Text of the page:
Embattled oil giant BP, which is looking for ways to meet bills arising from the Deepwater Horizon blowout in the Gulf of Mexico, has numerous assets it could sell to meet its obligations, but reports that these could include Caspian Sea projects appear to be unfounded.
The company last week said it would sell some assets to cover damages and other costs associated with the blowout. The company is selling mainly some of its pipeline and oil storage assets in North America. It may also dispose of some mature or declining fields such as Alaska's Prudhoe Bay.
At the end of last month, a flurry of press reports apparently driven by the Russian-language media in the region indicated the likelihood that BP would sell all its Caspian Sea basin assets to Russian gas monopoly Gazprom. One report even said BP was going to close its Baku office before autumn.
The opposite is more likely to be the case, with the company plowing ahead with resource development in the Caspian region. To stem unfounded rumors to the contrary was almost certainly the reason behind chief executive Tony Hayward's one-day trip to Baku a week ago.
During that trip, BP and the Azerbaijan state enterprise, SOCAR, signed a memorandum of understanding foreseeing a 25-year production sharing agreement for the D8 and D10 structures in the Caspian Sea offshore from Azerbaijan, held further discussions on the deep gas production project at Azeri-Chirag-Guneshli (oil from which already fills the Baku-Tbilisi-Ceyhan pipeline), and agreed to continue to coordinate development of the Shah Deniz Phase Two natural gas deposit.
Indeed, BP continues to sign agreements for going ahead with development of its offshore assets in the Caspian Sea. Just this month it agreed a five-year master contract with the engineering and project management company AMEC for the ongoing Chirag Oil project and also the West Chirag project looking forward to Shah Deniz Two.
Exxon is reportedly seeking anti-trust permission from Washington to look into the possibility of submitting a bid for BP, a takeover that would create an energy behemoth with a market capitalization of over US$400 billion. Although Chevron is also sometimes mentioned as a suitor in the same breath, BP is so huge that the only other company that could probably bid for it would be one of the Chinese para-statal enterprises. These reports follow unsubstantiated and frankly unreasonable rumors, in late June and earlier this month, of BP declaring bankruptcy.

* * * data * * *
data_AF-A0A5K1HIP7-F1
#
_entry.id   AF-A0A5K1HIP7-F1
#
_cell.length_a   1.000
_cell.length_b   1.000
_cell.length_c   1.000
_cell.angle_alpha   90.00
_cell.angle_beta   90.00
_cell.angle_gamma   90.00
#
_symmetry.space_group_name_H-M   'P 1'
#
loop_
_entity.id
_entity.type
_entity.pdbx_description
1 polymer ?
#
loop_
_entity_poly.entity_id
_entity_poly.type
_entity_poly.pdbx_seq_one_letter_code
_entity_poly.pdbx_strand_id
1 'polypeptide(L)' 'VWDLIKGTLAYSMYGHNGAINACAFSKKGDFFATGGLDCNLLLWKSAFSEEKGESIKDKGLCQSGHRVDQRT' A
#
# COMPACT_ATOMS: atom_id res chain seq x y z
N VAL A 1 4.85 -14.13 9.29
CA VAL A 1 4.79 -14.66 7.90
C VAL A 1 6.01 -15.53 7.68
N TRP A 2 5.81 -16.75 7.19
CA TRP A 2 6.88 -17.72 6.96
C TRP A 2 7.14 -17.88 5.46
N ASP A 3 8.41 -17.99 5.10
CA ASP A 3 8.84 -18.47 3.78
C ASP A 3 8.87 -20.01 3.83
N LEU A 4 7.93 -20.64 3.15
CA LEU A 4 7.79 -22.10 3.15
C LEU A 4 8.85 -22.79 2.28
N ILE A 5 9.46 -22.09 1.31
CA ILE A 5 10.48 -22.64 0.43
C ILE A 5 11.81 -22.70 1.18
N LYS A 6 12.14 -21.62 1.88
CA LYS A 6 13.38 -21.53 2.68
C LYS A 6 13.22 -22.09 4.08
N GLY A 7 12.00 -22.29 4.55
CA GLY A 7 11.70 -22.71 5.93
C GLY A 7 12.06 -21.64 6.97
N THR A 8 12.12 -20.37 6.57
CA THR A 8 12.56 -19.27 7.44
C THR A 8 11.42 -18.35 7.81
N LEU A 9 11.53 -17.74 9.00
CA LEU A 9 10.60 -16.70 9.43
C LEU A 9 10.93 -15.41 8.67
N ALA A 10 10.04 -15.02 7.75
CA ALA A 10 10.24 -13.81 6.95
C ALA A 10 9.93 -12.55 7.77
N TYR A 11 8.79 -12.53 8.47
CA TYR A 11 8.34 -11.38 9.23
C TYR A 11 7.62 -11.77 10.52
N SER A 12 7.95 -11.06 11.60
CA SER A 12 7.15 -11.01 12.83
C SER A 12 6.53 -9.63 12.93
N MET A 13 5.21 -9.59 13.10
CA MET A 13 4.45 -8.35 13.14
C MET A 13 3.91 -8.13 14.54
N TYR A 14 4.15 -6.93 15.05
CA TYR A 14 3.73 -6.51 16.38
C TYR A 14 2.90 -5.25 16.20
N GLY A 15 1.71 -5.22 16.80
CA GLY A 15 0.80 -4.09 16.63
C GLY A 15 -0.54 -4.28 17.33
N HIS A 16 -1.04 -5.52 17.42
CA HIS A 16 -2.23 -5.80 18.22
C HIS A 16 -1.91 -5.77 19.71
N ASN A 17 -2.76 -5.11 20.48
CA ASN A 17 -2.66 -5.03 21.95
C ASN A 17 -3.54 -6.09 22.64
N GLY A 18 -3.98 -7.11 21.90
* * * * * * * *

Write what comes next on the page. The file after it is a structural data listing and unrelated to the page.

Any outright purchase of BP by any third party would require anti-trust approval not only by the US but also by the European Union. Such obstacles have not stopped others from contemplating significant investment in the company.
BP's corporate structure does not make the company amenable to being broken up, according to a quick study done by Citigroup. This is because BP American Production Co is heavily involved in the production and transportation of oil and gas not only in North America including the Gulf of Mexico, but in fact worldwide.
BP American Production is in a direct and integrated line of subordination from BP plc, the mother entity, via several wholly owned (and heavily indebted) intermediaries; in turn, it holds as major subsidiaries various companies involved in production around the world, including in the Caspian Sea basin (and also Latin America and South America).
The crown prince of Abu Dhabi, Sheikh Mohammed bin Zayedal-Nahayan, is only one of a number of potential investors who, while not even suggesting a takeover of the company, aver to be considering acquisition of a significant capital stake. This would involve investment not by the sheikh personally but rather by the Abu Dhabi state-owned International Petroleum Investment Co.
However, sovereign wealth funds from Persian Gulf countries are more likely to form strategic alliances or partnerships with BP for specific Middle East/North Africa projects, because this would permit BP to concentrate on providing technical know-how and proprietary expertise while conserving cash if necessary for issues arising from the blowout in the Gulf of Mexico. In particular, BP has gas projects in Algeria, Egypt, Jordan, Libya, and Oman.
Eventual liabilities from the Gulf oil spill are still unknown and to be determined, and this uncertainty could be a significant deterrent to any merger of the company with another group. The political obstacles to a merger with a Chinese firm would likely be insurmountable; however, Chinese firms as well as Russian firms have indicated an interest in purchasing BP assets in the Caspian Sea basin.
The Azerbaijani company SOCAR, for its part, has stated its readiness to "consider options" for the repurchase of Azerbaijan's offshore assets from other investors. But the head of its investment department, Vagif Aliev, is careful to underline that the firm has no intention to "corner its partners" - that is, to force BP's hand - by making such proposals.
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First published in Asia Times Online, 16 July 2010.